Text and Data Mining Tools Overview

Please see below for the University of Toronto's major Text and Data Mining (TDM) platforms and collections. For help regarding the platforms or collections below, please contact Digital Scholarship Services. Exception: please contact the Map & Data Library regarding LDC questions.

Text Analysis Tools Comparison

To aid you in deciding which tools meet your text analysis needs, please feel free to consult this Text Analysis Tools Comparison Cheat Sheet, which compares four of the tools below: the Digital Scholar Lab, Constellate, TDM Studio (both Visualization and Workbench), and the HathiTrust Research Center (both Algorithms and Data Capsule).

This was developed as part of our workshop, Text Analysis Tasting Menu: A Sampling of Available Tools (recording and slides).


Application Programming Interfaces, or APIs, are a common way to access large amounts of data.


Constellate is a browser-based tool for creating datasets from collections, such as JSTOR, and then teaches and facilitates text analysis on those datasets. It has a number of tutorials, including well-documented Jupyter notebooks.

Gale Digital Scholar Lab (DSL)

The Gale Digital Scholar Lab is a platform that allows users to discover and create collections of digitized texts from the Gale Historical Collections, run a variety of statistical analyses on them, and visualize the resulting data.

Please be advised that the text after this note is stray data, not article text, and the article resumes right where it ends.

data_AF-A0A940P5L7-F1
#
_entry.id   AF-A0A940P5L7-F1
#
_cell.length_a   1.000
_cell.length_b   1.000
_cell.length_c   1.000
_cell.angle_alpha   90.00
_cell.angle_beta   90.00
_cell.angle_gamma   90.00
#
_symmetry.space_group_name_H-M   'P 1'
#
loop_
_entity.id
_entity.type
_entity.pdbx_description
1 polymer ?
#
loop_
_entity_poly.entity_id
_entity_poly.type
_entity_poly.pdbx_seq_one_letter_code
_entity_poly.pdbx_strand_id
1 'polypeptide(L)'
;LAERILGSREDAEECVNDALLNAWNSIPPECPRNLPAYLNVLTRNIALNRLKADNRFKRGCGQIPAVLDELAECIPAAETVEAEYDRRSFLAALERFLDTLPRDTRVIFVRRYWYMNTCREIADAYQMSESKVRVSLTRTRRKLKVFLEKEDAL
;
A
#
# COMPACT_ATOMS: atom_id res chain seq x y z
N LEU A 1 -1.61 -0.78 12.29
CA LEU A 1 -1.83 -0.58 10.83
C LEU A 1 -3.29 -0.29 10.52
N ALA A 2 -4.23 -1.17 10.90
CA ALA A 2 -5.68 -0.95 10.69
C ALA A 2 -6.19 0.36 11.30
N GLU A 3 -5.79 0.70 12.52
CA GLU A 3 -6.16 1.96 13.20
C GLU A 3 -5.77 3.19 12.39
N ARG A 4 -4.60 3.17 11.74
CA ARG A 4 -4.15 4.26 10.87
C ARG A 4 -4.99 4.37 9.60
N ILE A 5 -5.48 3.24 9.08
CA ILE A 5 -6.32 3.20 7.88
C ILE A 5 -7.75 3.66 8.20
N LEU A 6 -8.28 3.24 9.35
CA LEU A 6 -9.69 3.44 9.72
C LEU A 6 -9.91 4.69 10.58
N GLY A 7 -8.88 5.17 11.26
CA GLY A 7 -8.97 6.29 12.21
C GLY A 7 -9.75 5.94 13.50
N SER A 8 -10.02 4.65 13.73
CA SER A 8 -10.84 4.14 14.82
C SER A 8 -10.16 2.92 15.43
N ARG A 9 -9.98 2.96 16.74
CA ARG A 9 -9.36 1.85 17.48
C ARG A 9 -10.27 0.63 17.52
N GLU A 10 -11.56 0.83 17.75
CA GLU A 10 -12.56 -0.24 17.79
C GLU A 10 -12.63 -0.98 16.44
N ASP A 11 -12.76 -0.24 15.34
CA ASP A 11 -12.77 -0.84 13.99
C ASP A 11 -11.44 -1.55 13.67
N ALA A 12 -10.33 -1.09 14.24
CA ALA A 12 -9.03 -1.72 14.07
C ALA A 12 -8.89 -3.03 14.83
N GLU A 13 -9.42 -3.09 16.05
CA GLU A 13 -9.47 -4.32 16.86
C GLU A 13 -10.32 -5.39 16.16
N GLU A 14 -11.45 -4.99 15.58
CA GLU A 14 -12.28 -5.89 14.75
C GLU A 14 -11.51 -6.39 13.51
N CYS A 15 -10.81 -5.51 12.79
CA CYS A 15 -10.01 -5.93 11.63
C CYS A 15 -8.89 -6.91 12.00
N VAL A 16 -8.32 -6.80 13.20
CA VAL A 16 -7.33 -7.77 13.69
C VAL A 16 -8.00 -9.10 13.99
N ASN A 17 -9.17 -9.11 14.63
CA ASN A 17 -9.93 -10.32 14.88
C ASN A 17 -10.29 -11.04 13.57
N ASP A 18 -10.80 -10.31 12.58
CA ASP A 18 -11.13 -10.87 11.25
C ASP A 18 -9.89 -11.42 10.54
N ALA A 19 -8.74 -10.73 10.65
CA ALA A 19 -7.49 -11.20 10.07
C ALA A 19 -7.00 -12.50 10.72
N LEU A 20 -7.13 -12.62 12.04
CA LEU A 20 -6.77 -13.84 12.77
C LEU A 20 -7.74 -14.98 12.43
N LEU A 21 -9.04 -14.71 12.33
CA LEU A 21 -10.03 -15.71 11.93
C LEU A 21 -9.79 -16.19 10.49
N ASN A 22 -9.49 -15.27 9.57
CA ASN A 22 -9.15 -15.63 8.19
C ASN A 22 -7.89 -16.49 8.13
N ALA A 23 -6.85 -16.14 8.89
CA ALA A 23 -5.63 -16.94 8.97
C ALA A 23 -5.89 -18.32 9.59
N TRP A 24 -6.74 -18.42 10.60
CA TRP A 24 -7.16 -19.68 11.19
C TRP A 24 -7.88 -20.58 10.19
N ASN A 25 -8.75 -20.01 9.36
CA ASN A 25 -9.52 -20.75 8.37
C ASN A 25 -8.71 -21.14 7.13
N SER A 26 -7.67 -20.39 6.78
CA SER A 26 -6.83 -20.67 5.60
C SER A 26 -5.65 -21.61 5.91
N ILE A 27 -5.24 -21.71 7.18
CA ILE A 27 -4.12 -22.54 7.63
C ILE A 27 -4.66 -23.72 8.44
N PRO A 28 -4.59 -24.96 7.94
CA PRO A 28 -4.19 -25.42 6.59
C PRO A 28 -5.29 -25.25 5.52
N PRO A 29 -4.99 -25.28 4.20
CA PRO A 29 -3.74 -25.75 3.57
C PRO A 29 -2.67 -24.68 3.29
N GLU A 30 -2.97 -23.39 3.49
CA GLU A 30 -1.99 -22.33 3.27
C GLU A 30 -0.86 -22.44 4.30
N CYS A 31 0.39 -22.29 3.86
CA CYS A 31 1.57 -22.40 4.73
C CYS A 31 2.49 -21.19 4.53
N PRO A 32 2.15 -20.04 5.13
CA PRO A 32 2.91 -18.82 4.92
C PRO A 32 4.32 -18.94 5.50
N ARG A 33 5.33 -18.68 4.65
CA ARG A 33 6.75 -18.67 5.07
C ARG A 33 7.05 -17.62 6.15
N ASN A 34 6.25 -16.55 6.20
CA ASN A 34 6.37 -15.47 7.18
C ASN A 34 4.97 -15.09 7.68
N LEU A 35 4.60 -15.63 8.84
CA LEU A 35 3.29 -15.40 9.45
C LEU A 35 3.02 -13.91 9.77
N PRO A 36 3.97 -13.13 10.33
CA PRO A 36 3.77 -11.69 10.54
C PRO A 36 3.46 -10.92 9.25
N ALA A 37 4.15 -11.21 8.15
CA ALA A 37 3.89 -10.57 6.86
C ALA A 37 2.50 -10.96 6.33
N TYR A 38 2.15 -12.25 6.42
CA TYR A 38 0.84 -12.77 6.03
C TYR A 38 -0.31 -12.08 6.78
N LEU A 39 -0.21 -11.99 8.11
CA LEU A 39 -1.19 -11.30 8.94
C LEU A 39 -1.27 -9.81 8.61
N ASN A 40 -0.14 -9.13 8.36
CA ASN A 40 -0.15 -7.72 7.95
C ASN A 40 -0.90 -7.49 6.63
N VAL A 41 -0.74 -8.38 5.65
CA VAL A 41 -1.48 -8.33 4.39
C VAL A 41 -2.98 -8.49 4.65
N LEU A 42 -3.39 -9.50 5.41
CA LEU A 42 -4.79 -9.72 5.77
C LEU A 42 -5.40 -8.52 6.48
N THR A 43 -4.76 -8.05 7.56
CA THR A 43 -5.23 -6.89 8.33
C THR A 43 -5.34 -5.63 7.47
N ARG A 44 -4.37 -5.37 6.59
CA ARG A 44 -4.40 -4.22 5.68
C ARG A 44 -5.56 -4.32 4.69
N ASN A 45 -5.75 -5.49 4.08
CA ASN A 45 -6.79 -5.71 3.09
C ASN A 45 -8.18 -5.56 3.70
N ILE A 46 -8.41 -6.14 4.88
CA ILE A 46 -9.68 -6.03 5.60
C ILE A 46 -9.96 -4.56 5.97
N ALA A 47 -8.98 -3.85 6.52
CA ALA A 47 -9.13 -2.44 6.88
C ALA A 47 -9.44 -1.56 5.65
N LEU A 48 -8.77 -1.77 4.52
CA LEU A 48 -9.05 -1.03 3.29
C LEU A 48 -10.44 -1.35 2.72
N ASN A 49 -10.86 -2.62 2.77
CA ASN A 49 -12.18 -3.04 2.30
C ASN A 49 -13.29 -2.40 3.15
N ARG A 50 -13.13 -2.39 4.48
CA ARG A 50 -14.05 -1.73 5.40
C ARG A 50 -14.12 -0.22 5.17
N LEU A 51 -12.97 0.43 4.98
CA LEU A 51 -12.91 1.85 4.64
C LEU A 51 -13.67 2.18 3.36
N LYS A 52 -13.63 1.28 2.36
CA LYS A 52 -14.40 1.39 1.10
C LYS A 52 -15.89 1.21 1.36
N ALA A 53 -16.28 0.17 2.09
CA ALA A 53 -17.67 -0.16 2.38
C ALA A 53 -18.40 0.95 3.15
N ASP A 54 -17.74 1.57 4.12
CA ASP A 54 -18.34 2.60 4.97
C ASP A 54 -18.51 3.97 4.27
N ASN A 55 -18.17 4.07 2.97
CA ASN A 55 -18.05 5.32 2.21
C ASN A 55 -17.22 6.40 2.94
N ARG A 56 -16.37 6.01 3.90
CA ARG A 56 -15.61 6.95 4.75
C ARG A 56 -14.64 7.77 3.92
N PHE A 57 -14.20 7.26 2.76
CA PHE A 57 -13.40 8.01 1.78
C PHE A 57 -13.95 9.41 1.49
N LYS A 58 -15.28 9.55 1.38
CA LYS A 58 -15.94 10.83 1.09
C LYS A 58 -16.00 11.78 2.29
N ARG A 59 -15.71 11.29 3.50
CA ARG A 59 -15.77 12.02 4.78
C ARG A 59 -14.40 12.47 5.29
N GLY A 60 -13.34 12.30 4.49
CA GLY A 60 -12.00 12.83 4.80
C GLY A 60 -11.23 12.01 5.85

HathiTrust Research Center (HTRC)

The University of Toronto is a member of the HathiTrust Research Center, which allows researchers to run text analysis scripts on the HathiTrust corpus.

Linguistic Data Consortium (LDC)

The University of Toronto is a subscriber to the Linguistic Data Consortium which licenses language corpora and other language resources.

ProQuest TDM Studio

TDM Studio is a web platform for running text analyses on thousands of ProQuest datasets, including, but not limited to, such databases as ProQuest Dissertations & Theses and the New York Times. TDM Studio has two components: 

  • Visualizations, which allow for working with 10 000 results and are entirely in a point-and-click interface with data visualization
  • The Workbench, for researchers and their teams coding with R or Python in Jupyter notebooks

If you wish to have access to both components, you must request them separately.

Web of Science (WoS)

The Web of Science (WoS) Raw Data Product includes metadata from over 12,500 journals from around the world in over 250 Science, Social Science and Humanities disciplines. Conference proceedings and book data are also included. Data are available from 1900 and currently include over 63 million article records and 1 billion cited references (as of 2018).


  • The XML has been converted into a PostgreSQL database. You can query the data through SQL statements